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Hitchhiker opens up shop in Sharpsburg

Once Gary Olden and Andy Kwiatkowski found a new home for Hitchhiker Brewing, making the change didn’t take all that long.

It was finding the home that was the tough part.

Olden, the owner, and Kwiatkowski, the head brewer, started looking for a larger space for Hitchhiker since shortly after the Mt. Lebanon brewery opened. The taproom in the original home has served — and will continue to serve — customers well, but the three-barrel brewhouse was stuffed into the basement of the building, forcing the pair to find some creative solutions when it came to storing hops and grains, cleaning and filling kegs … oh, and making beer.

They thought they had a place lined up off East Carson Street in the South Side, but city of Pittsburgh red tape — and what would have been a hefty plumbing bill — meant that space was unsuitable. But the search stretched into a second year before a break came for Hitchhiker; Olden was visiting Sharpsburg to check out another property when he noticed the massive outbuilding that had been the power house for the old Fort Pitt brewery. It turned out that the building was for sale, and by last winter, Olden, Kwiatkowski and a small crew had started work on building a new brewery and tap room.

The brewhouse was done first, and Kwiatkowski brewed his first beer there — an APA called 15th and Canal, for the new brewery’s location in Sharpsburg — in June. The taproom, though, took a bit longer — they put the finishing touches on it just in the last week or two, and opened the doors for a couple test nights this week.

The public space makes an impression right away. The tile work was preserved, as were the beams and skylights that give the room its industrial look. The curved bar is backed by a wall of taps. Twelve of those were pouring Hitchhiker beers when I visited this week; a handful of guest liquids were pouring from the others.

When you visit — the grand opening is scheduled for Saturday, Sept. 9 — get a peek in the brewhouse if that door is open. The massive space makes the 15-barrel system seem small. It also means there is plenty of room to grow if there is need; adding more tanks to the space would be easy, and a canning line would fit nicely as well. A few more additions are already in place: two 1,000-gallon foeders — wood vats that will age sour beers — and a wall of smaller barrels for barrel-aged products.

But here’s the best part: the beer. Kwiatkowski doesn’t hesitate to say that Hitchhiker’s products have improved since he started brewing on the new system earlier this summer. And look for higher ABV beers as well; Kwiatkowski said the old system simply didn’t have enough capacity for the grains he needed to build, for example, a double IPA (spoiler alert: there’s one on the way).

If you’re a fan of the cozy Mt. Lebanon taproom, don’t worry — it’s not going anywhere. But if you live on the other side of Pittsburgh’s rivers, you’re in for a treat. And you don’t even have to hitch a ride to get there.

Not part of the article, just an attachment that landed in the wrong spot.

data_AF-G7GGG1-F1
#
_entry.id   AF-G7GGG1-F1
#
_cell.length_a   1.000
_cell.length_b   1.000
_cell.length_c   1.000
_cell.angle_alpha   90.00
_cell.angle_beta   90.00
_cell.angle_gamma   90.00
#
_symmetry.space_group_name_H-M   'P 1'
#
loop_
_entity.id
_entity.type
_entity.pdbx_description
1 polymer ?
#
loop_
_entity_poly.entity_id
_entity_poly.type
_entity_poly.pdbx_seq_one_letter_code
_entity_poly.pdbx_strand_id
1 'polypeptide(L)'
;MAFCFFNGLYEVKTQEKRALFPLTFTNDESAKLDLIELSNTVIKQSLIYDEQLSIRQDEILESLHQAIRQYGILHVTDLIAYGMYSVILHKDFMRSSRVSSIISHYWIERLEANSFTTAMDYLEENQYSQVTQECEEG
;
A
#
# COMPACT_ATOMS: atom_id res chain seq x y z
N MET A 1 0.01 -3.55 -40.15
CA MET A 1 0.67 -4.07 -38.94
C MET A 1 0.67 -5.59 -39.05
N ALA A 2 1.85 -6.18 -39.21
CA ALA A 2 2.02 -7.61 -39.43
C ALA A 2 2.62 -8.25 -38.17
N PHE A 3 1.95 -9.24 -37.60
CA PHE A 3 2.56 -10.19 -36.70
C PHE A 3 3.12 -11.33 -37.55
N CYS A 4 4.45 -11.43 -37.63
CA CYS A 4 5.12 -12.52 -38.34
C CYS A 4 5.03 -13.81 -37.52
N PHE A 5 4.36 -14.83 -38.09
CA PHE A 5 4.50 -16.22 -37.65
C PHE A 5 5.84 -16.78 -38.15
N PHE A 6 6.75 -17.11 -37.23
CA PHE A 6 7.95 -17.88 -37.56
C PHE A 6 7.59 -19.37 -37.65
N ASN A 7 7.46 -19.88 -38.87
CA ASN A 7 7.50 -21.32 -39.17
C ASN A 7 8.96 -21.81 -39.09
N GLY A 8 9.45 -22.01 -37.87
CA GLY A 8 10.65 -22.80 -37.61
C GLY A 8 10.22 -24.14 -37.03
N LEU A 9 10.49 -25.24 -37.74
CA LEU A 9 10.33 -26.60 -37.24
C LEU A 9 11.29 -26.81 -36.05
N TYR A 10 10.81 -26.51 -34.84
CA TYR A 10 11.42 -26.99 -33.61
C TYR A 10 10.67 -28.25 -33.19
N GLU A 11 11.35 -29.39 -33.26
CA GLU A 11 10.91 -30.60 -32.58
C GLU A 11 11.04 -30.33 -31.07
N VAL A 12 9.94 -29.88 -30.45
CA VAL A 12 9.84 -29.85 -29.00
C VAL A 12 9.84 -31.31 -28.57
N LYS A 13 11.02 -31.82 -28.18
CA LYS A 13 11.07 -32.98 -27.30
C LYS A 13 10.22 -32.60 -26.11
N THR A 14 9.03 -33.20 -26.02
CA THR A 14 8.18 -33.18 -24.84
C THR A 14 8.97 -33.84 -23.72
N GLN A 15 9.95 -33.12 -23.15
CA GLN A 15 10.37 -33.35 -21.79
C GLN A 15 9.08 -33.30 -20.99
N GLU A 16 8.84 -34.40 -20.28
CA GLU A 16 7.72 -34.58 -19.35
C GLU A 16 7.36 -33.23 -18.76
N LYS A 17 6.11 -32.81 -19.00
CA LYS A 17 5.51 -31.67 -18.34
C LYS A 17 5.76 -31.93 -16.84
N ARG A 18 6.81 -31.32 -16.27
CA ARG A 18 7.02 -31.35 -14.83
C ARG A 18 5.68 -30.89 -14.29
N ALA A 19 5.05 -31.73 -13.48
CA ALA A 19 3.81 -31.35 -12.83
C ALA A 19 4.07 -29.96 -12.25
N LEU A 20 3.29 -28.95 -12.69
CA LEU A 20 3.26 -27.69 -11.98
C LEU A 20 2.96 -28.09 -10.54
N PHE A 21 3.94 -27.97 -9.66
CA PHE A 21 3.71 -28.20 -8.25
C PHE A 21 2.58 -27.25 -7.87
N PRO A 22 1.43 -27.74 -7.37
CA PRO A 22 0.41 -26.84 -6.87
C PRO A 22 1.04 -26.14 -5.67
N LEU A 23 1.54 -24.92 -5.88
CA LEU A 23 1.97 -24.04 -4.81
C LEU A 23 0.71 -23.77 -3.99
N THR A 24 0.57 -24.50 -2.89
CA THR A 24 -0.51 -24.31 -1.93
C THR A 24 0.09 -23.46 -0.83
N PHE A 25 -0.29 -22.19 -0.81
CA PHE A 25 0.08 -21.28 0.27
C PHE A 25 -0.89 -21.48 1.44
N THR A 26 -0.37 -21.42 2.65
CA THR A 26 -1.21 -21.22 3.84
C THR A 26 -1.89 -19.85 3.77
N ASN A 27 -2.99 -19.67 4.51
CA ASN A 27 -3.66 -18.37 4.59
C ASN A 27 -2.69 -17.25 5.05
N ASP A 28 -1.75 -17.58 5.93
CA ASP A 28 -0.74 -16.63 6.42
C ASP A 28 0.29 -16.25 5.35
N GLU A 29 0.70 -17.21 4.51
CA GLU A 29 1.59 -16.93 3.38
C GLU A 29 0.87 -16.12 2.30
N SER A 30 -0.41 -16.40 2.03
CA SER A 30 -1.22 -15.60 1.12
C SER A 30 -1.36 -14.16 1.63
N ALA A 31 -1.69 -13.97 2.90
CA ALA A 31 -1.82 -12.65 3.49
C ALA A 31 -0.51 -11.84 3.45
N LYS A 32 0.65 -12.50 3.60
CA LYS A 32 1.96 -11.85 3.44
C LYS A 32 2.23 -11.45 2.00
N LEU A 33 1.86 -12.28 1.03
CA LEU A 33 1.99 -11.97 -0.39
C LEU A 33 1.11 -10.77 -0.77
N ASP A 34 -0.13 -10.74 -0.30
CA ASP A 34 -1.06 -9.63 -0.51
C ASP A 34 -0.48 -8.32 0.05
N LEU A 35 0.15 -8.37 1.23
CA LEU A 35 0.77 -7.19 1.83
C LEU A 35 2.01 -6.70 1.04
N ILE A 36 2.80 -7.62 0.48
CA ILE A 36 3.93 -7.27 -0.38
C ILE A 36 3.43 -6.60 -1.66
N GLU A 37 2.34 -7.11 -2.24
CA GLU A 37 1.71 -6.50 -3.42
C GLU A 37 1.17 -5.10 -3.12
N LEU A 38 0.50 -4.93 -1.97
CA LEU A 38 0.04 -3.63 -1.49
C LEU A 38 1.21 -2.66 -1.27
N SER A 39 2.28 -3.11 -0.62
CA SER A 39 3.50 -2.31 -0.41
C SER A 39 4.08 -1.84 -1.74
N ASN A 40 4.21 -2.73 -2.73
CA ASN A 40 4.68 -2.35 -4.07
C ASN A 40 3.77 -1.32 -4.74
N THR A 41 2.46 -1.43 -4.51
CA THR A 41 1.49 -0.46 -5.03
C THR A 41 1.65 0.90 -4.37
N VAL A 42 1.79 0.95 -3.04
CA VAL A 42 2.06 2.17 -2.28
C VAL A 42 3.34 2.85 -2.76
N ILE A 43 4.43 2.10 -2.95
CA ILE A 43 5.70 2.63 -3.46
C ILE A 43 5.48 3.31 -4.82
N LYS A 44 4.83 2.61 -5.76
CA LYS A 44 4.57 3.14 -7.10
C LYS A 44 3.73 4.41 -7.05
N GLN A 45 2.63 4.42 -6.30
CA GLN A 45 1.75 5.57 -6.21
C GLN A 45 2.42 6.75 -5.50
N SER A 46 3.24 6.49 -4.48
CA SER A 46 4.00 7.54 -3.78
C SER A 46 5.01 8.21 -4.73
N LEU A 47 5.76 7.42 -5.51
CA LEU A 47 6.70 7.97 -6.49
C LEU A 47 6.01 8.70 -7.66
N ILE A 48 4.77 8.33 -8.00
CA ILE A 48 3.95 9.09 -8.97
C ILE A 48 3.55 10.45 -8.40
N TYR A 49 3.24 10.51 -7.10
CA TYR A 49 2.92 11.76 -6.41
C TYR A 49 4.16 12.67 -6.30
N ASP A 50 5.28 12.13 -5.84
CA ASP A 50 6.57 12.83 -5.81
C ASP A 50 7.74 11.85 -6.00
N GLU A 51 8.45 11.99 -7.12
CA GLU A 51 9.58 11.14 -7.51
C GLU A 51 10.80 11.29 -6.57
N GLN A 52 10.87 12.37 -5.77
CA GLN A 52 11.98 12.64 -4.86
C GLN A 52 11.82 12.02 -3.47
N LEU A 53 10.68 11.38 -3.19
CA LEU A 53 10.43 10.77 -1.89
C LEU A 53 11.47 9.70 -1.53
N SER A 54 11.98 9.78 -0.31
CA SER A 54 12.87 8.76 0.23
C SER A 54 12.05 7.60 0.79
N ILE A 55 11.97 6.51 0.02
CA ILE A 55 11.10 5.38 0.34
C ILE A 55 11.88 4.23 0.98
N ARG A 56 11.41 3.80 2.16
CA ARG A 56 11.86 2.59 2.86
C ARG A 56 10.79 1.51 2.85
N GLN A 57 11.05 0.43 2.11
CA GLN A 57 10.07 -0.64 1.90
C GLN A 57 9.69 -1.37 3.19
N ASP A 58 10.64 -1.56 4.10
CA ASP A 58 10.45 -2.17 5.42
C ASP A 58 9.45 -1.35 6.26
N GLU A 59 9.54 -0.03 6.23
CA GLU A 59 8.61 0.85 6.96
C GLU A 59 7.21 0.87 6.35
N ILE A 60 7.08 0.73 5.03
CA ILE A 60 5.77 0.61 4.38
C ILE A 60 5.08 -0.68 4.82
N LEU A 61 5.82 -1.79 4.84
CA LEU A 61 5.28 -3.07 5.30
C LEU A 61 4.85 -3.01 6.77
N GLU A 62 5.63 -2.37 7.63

Telling the story of beer

Joe McAllister and Matt Sherwin, two of the people behind the effort to bring Brew: The Museum of Beer to Pittsburgh.

Joe McAllister and Matt Sherwin, two of the people behind the effort to bring Brew: The Museum of Beer to Pittsburgh.

If you want a complete history of beer, you’ll need to go back 10,000 years.

If you want a complete history of beer in the United States, Pittsburgh is as good a place as anywhere to start — after all, Fort Pitt was the home of the first brewery west of the Alleghenies, serving up beer to the troops stationed here.

That’s part of the thinking behind Brew: The Museum of Beer, a national beer museum that a group hopes to bring to Pittsburgh in the next two years.The team, known as The National Beer Museum Development Group, has been busy in recent weeks, unveiling its plans in the Post-Gazette in August and holding a kickoff party and fundraiser last month.

Joe McAllister and Matt Sherwin — along with third partner Denis Meinert — envision a 50,000-square-foot space close to Downtown. About 20,000 square feet of that would be reserved for exhibit space, but that won’t be the only attraction; the museum will also be home to a brewery and a 300-seat restaurant, serving beer made there but also emphasizing taps from other breweries in the region. There would also be an event space on the property, and a healthy retail operation.

Add it up, and you have what the team members hope will be on par with Cleveland’s Rock and Roll Hall of Fame and Museum, which attracts more than 400,000 visitors annually. Could what works in Cleveland work here as well?

“That’s just one of the models we’ve been examining, but it’s a good comparison,” Mr. McAllister. “And Pittsburgh certainly has a legitimate history with brewing, one that goes back 250 years.”

Want to get involved with the museum well before the anticipated 2018 opening? The team is running an Indiegogo campaign to raise $50,000 to be used to complete studies and help with other, more substantial fundraising efforts. And if you’re wondering whether this museum has a shot: the crowdsourcing campaign has already raised nearly $20,000.